On Jan 19, 2004, at 11:21 PM, Jim Leonard wrote:
ViewItemitem=3072836862ssPageName=ADME:B:SS:US:1 on ebay if anyone
is interested. This pertains to our you mean InfoComic #4 is rare?
discussion we had recently.
Shhh! I was hoping to keep
Even I cringed when I read this description:
Given the seller's handle, I was amused by the graded mint scale ('gem
mint'), too. Perhaps MobyScale 2.0 could add precious stones as
qualifiers for each grade.
What do you all think of this:
I made a trade with someone on the game trading zone for a particular game.
I won't tell you which one so you won't try to figure out who it was.
Anyway, I described the condition of the game I was sending in some detail.
We made the trade, and then noticed that
As, poeple have already mentioned, 3.5 may be more useful, but it's obvious that
5.25 is more valuable. Look at the games that sell for the most on eBay (we're
talking $500 - $2000 range). They're all 5.25 or cassette. Ask the guy if he has a
cassette drive :-).
Lee K. Seitz wrote:
I would hope anyone interested in vintage games would be knowledgable
enough about the item(s) they want to know what format(s) it was
available on and ask if they knew it came on more than one. It was
very rude for them to give you negative feedback without e-mailing you
I recently built a new machine and attempted to get an old dual drive
like this working but couldn't :-( Light was constantly on, like the
cable was bad. I'll try again.
That does sound like a bad cable, or even a good cable turned 180 degrees.
Actually, I realized that I accidentally already gave out enough info to
figure out who I'm talking about. The person is a fairly high profile trader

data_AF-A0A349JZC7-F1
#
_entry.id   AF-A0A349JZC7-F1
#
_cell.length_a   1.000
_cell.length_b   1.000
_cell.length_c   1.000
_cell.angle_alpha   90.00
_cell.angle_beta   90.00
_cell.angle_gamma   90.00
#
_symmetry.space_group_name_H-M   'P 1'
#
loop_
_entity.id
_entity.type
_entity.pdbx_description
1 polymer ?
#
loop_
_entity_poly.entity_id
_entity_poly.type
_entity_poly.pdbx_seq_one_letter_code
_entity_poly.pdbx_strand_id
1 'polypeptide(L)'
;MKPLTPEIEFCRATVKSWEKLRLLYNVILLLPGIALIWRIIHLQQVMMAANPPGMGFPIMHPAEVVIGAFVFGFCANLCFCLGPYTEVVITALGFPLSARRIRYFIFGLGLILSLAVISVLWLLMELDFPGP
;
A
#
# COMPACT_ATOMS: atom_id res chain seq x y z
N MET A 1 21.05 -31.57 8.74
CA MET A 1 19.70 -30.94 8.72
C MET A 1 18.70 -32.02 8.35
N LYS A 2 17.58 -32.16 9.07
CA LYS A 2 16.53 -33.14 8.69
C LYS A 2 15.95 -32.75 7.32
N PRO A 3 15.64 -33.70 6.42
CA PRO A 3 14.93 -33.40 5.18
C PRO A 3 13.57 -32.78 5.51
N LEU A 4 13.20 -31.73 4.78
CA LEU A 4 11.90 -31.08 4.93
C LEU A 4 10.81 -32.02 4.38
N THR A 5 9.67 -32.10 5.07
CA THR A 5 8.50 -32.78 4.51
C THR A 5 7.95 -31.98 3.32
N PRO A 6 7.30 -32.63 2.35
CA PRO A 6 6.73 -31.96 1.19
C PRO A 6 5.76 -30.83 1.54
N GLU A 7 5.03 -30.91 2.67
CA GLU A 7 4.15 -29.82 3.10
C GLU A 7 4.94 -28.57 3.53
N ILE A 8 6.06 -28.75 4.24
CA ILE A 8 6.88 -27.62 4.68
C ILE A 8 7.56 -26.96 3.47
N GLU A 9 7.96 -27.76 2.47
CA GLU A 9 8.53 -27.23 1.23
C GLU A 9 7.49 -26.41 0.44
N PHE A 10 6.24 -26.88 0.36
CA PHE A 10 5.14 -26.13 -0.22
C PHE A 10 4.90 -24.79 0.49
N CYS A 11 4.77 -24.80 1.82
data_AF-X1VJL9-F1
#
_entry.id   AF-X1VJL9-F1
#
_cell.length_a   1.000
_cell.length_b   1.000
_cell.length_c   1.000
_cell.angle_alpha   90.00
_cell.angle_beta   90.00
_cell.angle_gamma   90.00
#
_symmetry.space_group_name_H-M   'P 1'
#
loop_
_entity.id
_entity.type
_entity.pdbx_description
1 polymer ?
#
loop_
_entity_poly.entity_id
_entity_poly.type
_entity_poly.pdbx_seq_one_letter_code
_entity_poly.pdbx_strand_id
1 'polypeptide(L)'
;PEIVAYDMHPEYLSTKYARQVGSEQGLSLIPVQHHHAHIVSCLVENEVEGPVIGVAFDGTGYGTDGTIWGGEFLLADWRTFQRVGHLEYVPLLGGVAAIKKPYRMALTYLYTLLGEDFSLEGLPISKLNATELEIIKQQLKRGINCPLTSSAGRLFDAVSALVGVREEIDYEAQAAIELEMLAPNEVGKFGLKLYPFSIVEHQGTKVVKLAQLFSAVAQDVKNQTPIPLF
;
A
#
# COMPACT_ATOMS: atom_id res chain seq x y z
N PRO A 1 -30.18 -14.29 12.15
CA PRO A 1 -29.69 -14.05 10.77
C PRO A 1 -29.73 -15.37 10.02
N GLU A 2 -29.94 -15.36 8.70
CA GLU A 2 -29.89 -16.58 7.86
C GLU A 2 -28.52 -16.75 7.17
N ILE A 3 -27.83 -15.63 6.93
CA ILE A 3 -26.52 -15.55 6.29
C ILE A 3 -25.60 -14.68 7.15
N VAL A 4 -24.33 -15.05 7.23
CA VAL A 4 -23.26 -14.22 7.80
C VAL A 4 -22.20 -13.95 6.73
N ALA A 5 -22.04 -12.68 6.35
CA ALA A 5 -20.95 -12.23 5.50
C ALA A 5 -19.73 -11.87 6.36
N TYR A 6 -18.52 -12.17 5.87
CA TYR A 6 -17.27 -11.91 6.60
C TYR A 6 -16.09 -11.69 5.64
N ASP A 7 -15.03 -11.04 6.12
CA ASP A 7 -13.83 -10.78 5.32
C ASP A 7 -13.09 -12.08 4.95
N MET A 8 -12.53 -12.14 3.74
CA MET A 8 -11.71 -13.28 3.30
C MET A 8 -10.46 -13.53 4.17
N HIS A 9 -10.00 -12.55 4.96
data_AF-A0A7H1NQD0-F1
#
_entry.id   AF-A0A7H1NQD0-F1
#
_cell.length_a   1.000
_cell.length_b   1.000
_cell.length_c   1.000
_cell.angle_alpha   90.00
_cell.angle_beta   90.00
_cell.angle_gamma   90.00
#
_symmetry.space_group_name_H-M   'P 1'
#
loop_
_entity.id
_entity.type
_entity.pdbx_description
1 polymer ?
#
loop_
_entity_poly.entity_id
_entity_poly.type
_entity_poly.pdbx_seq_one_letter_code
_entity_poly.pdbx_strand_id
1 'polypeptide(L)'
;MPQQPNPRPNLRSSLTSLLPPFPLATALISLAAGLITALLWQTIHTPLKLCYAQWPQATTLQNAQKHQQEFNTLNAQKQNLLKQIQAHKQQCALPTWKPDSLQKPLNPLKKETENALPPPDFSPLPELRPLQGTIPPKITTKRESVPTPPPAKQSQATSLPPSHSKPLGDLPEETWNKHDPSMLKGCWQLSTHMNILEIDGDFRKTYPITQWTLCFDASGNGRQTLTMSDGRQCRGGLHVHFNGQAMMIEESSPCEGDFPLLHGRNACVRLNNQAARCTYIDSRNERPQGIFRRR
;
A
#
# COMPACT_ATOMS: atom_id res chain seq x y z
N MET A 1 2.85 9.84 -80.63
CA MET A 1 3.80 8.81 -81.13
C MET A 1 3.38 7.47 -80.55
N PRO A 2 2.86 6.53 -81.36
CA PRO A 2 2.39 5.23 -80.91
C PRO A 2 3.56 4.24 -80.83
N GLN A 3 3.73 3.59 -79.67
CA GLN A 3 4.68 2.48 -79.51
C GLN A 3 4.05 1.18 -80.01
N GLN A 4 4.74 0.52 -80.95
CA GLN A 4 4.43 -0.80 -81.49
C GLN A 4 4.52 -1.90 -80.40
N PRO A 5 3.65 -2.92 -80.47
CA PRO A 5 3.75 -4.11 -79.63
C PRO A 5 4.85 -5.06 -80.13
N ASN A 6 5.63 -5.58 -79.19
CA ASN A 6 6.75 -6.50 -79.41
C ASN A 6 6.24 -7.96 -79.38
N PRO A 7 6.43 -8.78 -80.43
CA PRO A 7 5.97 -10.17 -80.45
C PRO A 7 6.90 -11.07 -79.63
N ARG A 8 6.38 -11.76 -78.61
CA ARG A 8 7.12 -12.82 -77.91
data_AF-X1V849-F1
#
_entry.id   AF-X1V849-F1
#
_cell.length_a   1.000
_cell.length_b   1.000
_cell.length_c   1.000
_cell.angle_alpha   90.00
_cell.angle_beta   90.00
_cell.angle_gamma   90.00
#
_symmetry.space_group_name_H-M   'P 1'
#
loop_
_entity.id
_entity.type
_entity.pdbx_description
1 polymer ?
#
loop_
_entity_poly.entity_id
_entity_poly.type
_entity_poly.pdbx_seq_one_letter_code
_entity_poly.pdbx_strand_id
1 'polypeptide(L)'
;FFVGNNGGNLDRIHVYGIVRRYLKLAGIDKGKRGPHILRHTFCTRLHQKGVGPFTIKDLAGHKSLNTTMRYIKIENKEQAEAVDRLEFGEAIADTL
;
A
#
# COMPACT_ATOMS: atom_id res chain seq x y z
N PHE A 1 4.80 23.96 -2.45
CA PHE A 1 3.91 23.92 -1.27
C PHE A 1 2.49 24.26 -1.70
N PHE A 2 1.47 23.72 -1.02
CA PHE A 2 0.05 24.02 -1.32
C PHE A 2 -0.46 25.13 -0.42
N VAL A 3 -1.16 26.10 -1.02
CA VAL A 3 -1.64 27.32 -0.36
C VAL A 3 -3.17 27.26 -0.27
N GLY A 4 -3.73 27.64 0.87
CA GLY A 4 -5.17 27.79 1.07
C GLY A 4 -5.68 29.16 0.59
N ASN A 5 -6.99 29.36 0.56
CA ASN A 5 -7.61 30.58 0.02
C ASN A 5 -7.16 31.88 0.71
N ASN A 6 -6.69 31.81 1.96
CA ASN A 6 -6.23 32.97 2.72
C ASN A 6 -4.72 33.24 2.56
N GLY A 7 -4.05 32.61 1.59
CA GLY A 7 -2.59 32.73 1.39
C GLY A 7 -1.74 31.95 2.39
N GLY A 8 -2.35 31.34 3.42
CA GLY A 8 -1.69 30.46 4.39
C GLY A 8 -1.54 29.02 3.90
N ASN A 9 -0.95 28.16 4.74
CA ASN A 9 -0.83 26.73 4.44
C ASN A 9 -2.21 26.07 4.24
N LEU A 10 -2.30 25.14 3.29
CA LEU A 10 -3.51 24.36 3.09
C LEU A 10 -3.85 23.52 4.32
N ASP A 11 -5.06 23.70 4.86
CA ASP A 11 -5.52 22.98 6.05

on gametz, but he deals mostly in CD-ROM games. The game in question was
(don't cringe, C.E.) Leather Goddesses of Phobos 2.
On Jan 20, 2004, at 2:48 PM, Lee K. Seitz wrote:
On this list or in the general population? 8) I think you'll find
most of this list has some older hardware tucked away for just such
I was mainly thinking of the average gamer. For people like us I take
it as a given we have
Jim Leonard schrieb:
It's not the calculators: It's what makes money. You shouldn't be scared
that accountants and suits are ruining the industry; instead, you should be
scared that the core sales of most computer and console gaming are the way
they are. It is a hard pill to swallow that
Ok, someone who collects classic games and they're surprised by a 5.25 disk? They got the shame on me part right, but have no right being upset at you, and doubly so for not talking to you first.
At the hight of my media conversion insanity, I had everything on a 4-port KVM. Now all the old
Marco Thorek wrote:
True. It's only that once upon a time the profit didn't matter as much.
Yes, but the market was completely different then. There's an interview with
Ken Williams on the Roberta Williams collection where he says something to the
effect of In the old days, we all went on
Edward Franks wrote:
Who needs mo'slo when you can play
Ultima 2 in all its CGA glory? ;-)
You know, this brings up something that I've always maintained: No matter how
convenient an emulator is, or how much it enhances or speeds up a game (ie
making the game more 'snappy' because there are
Howard Feldman wrote:
So I can still use it as a 5.25 drive, or a 3.5 drive, just not both
at the same time. I must open the computer and switch jumpers to get it
to work! So in summary, watch out before buying Asus Motherboards!!!
(Can anyone list decent contemporary M/B manufacturers whose
Dan Chisarick wrote:
At the hight of my media conversion insanity, I had everything on a
4-port KVM. Now all the old machines are on their own network. I used a
P-90 running Windows 98 w/a 5.25 Gateway drive that I sold and later
asked for it back (they weren't using it). I also have a CPS
Edward Franks stated:
I have backups of all my important stuff on high quality CD-Rs, so I'm
pretty safe there. I'm also a sucker for CD-ROM compilations for ease
I have yet to make serious use of my CD-R drive, sad to say. (However,
I actually went through all my
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